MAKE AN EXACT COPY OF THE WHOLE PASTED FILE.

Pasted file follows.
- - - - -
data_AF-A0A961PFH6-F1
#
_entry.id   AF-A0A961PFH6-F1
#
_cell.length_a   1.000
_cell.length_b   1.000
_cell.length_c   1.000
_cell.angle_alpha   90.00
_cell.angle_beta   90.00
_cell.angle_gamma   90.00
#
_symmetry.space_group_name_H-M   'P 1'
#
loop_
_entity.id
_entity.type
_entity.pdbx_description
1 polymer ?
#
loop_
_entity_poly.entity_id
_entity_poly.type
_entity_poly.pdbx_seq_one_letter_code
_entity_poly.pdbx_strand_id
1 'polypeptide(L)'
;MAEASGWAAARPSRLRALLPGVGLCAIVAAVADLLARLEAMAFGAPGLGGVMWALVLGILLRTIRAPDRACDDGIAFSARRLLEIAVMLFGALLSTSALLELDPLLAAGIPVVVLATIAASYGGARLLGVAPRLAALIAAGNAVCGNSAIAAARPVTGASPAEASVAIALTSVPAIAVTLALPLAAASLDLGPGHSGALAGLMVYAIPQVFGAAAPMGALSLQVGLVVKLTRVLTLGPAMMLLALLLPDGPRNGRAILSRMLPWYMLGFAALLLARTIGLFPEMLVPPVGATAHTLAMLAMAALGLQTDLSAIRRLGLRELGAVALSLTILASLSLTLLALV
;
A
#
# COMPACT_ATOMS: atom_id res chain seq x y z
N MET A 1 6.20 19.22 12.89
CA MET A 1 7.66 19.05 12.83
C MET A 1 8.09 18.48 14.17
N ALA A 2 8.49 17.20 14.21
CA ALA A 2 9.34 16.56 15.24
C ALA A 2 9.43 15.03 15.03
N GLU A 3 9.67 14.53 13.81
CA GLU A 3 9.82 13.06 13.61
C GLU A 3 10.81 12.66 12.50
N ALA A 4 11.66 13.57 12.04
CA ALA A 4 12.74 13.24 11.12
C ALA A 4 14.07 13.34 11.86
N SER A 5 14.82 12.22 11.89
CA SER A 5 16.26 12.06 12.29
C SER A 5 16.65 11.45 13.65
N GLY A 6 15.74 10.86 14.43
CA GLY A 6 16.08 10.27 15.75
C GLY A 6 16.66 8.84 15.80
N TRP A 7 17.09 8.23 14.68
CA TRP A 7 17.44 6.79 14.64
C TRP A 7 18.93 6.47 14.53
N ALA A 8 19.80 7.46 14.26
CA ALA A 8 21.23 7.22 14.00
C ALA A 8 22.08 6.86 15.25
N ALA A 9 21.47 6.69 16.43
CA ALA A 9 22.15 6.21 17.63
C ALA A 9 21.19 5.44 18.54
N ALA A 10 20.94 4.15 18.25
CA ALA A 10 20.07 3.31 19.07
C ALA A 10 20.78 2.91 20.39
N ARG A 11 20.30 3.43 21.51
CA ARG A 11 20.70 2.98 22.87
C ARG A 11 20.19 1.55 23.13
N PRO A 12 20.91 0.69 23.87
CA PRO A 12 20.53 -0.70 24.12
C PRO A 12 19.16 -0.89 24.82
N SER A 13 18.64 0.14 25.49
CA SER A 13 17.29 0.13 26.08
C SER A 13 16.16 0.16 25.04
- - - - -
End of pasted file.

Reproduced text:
data_AF-A0A961PFH6-F1
#
_entry.id   AF-A0A961PFH6-F1
#
_cell.length_a   1.000
_cell.length_b   1.000
_cell.length_c   1.000
_cell.angle_alpha   90.00
_cell.angle_beta   90.00
_cell.angle_gamma   90.00
#
_symmetry.space_group_name_H-M   'P 1'
#
loop_
_entity.id
_entity.type
_entity.pdbx_description
1 polymer ?
#
loop_
_entity_poly.entity_id
_entity_poly.type
_entity_poly.pdbx_seq_one_letter_code
_entity_poly.pdbx_strand_id
1 'polypeptide(L)'
;MAEASGWAAARPSRLRALLPGVGLCAIVAAVADLLARLEAMAFGAPGLGGVMWALVLGILLRTIRAPDRACDDGIAFSARRLLEIAVMLFGALLSTSALLELDPLLAAGIPVVVLATIAASYGGARLLGVAPRLAALIAAGNAVCGNSAIAAARPVTGASPAEASVAIALTSVPAIAVTLALPLAAASLDLGPGHSGALAGLMVYAIPQVFGAAAPMGALSLQVGLVVKLTRVLTLGPAMMLLALLLPDGPRNGRAILSRMLPWYMLGFAALLLARTIGLFPEMLVPPVGATAHTLAMLAMAALGLQTDLSAIRRLGLRELGAVALSLTILASLSLTLLALV
;
A
#
# COMPACT_ATOMS: atom_id res chain seq x y z
N MET A 1 6.20 19.22 12.89
CA MET A 1 7.66 19.05 12.83
C MET A 1 8.09 18.48 14.17
N ALA A 2 8.49 17.20 14.21
CA ALA A 2 9.34 16.56 15.24
C ALA A 2 9.43 15.03 15.03
N GLU A 3 9.67 14.53 13.81
CA GLU A 3 9.82 13.06 13.61
C GLU A 3 10.81 12.66 12.50
N ALA A 4 11.66 13.57 12.04
CA ALA A 4 12.74 13.24 11.12
C ALA A 4 14.07 13.34 11.86
N SER A 5 14.82 12.22 11.89
CA SER A 5 16.26 12.06 12.29
C SER A 5 16.65 11.45 13.65
N GLY A 6 15.74 10.86 14.43
CA GLY A 6 16.08 10.27 15.75
C GLY A 6 16.66 8.84 15.80
N TRP A 7 17.09 8.23 14.68
CA TRP A 7 17.44 6.79 14.64
C TRP A 7 18.93 6.47 14.53
N ALA A 8 19.80 7.46 14.26
CA ALA A 8 21.23 7.22 14.00
C ALA A 8 22.08 6.86 15.25
N ALA A 9 21.47 6.69 16.43
CA ALA A 9 22.15 6.21 17.63
C ALA A 9 21.19 5.44 18.54
N ALA A 10 20.94 4.15 18.25
CA ALA A 10 20.07 3.31 19.07
C ALA A 10 20.78 2.91 20.39
N ARG A 11 20.30 3.43 21.51
CA ARG A 11 20.70 2.98 22.87
C ARG A 11 20.19 1.55 23.13
N PRO A 12 20.91 0.69 23.87
CA PRO A 12 20.53 -0.70 24.12
C PRO A 12 19.16 -0.89 24.82
N SER A 13 18.64 0.14 25.49
CA SER A 13 17.29 0.13 26.08
C SER A 13 16.16 0.16 25.04